On an entryway table in Alicie Callaham’s Upper Marlboro house are photos of her children and three simple objects that speak to how life has changed since her sons were in a car accident earlier this year.
A set of drumsticks bears the name of her 21-year-old son, David, who was killed. A “welcome home” sign was placed there for her 19-year-old son, Daniel, who survived but is now a quadriplegic. And a glass figurine carries a prayer that she says she’s needed. It begins: “God grant me the serenity to accept the things I cannot change.”
“I need God to give me strength because I’m really not doing good,” said Callaham, a 56-year-old paralegal. “I’m sad in the morning, and I’m sad in the evening.”
The grief is there when she goes to use the vacuum cleaner and realizes David was the only one who knew how to work it. And it’s there when she looks at the lawn and recalls that Daniel used to cut it.
Standing on that lawn Saturday, the single mother of three said she’s only still functioning because of “the grace of God and wonderful people like this.” Around her, dozens of people, tools in hand, hurried to finish up a 28-foot ramp in front of the house and clear a garage. As part of Christmas in April, which has renovated homes for the elderly and disabled for 22 years in Prince George’s County, the house was being made wheelchair accessible for Callaham’s surviving son, Daniel.
Mary Kucharski, the director of the nonprofit group, said she received a call six weeks ago from Callaham, telling her about the accident and explaining how she had no way to get Daniel into the house.
On April 2, a crew of workers showed up and began building the ramp, expanding doorways and renovating a basement bathroom. Yesterday, they returned with more help, including several elected officials clad in jeans.
It was of one of 84 homes in the county that the program renovated Saturday with the help of about 3,500 volunteers.
“I’m just really grateful for everything that’s going on,” Daniel said in a quiet voice as his older sister, Davitta, stood behind him.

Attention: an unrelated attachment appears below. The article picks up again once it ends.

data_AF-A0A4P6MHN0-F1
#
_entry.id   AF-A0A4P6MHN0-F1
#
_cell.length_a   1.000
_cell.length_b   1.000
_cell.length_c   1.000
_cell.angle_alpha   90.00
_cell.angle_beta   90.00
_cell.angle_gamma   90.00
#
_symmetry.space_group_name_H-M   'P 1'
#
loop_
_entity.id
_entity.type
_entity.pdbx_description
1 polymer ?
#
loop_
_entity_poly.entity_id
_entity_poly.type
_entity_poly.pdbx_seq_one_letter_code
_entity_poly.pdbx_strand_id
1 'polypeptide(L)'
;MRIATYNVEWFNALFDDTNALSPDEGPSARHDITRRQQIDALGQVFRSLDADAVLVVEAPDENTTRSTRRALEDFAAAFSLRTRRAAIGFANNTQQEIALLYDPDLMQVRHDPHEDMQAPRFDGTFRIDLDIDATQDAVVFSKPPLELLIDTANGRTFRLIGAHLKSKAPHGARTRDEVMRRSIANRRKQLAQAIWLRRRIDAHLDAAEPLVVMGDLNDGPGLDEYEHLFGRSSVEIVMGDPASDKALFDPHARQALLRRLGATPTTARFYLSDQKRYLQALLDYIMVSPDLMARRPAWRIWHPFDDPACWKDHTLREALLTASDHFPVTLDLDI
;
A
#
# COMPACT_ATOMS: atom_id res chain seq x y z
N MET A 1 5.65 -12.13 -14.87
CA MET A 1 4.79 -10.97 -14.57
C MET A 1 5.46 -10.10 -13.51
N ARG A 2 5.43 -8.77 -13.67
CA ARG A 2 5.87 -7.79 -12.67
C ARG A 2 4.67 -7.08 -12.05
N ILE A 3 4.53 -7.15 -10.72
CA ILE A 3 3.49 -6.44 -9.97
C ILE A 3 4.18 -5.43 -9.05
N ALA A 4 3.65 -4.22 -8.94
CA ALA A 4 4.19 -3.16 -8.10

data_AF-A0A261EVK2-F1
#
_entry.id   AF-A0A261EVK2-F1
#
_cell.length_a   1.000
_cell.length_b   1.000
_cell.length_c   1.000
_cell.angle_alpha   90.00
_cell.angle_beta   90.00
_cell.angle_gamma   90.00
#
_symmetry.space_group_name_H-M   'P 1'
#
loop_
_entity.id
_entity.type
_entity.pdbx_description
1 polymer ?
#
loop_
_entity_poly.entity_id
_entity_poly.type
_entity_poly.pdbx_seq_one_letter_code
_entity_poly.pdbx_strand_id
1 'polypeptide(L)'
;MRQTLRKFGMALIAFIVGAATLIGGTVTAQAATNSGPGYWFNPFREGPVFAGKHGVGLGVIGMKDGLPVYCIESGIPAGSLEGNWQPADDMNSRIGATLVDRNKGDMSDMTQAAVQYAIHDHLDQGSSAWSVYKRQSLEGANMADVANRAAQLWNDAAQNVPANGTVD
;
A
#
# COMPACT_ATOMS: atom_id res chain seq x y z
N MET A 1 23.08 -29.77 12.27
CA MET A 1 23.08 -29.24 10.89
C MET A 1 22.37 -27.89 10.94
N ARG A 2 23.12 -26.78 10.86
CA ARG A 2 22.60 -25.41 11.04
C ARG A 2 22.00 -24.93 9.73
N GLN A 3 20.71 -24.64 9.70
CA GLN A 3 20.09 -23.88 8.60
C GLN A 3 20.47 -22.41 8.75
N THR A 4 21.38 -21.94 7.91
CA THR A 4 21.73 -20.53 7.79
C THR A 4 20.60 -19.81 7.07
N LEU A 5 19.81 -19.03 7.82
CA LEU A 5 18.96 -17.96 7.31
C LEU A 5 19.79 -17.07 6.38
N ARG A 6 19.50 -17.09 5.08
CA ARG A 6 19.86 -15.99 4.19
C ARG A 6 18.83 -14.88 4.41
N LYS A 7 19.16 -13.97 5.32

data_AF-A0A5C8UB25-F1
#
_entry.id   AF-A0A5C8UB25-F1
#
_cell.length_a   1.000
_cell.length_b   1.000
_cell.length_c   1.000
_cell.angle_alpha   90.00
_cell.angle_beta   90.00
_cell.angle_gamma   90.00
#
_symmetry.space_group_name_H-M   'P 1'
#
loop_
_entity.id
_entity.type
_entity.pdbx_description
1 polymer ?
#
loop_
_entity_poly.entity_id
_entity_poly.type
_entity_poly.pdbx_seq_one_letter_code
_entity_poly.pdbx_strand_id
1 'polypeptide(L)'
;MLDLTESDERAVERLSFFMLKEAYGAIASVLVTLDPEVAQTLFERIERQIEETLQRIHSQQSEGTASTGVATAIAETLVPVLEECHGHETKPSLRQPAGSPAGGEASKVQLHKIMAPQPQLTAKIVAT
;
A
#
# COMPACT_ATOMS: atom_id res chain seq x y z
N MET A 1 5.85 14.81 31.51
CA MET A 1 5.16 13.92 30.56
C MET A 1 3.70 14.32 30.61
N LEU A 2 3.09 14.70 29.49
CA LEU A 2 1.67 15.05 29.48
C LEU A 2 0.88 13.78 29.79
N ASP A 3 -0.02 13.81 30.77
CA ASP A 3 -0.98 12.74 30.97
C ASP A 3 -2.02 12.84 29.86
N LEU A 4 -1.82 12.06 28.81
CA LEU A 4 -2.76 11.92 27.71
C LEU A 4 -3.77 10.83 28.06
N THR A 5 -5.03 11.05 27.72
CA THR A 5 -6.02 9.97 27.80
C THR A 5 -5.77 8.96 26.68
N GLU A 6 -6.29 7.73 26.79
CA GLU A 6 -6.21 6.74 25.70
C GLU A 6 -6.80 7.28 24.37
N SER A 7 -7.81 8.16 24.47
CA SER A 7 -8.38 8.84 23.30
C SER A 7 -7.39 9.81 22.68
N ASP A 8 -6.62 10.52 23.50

He had come home from a rehabilitation hospital just a few days earlier and said he had no doubt his mother would find a way. “I knew she’d get it done.”
Daniel was in the passenger seat when his brother’s car stalled along the Capital Beltway on Jan. 23. Alicie Callaham said David had stepped outside the car — which he’d had just gotten repaired the day before — to flag down help. That’s when another vehicle slammed into the car from behind. In a picture of the wreckage she keeps in a folder, the car is unrecognizable as a vehicle.
Daniel, who was planning to study graphic design at college, was taken to the hospital with a broken neck. David was pronounced dead at the hospital and would later have a funeral attended by 900 people. Daniel, who was still in the hospital and hadn’t been told yet that his brother was dead, did not attend.
“He was the best drummer in the world,” Daniel Callaham said of his older brother, who played drums for local churches and had gone to Berklee College of Music his freshman year on a scholarship.
Daniel said his goal is to walk again, and he summed up his motivation in a word: “Life.”
“Knowing that I’m still here,” he said.
As Prince George’s County Executive Rushern L. Baker III and Rep. Steny Hoyer (D-Md.) passed through the house, talking with the family and taking photos, Alicie Callaham laughed and thanked everyone profusely.
But in quiet moments, she would reflect on how life had changed, how her sons who used to open doors for strangers or rub her feet when they would get swollen, could no longer do that. A cancer survivor, she said she worries about the immediate and the long term: How will she get Daniel around without an equipped van? How can she keep running on three hours’ sleep since she doesn’t have insurance that covers a home nurse? And what will happen to Daniel if something happens to her?
At the same time, she said, she has faith. She clings to the positive: a neighbor who is a nurse and checks on Daniel, a local caterer who has brought dinners to the family for weeks, the Christmas in April volunteers — and, perhaps the biggest reason for optimism, the senation that Daniel has recently felt in his legs.
“They told us, ‘He will never walk again,’ ” Callaham said. “They said, ‘It will be a miracle if he walks.’ I said, ‘We believe in miracles.’ ”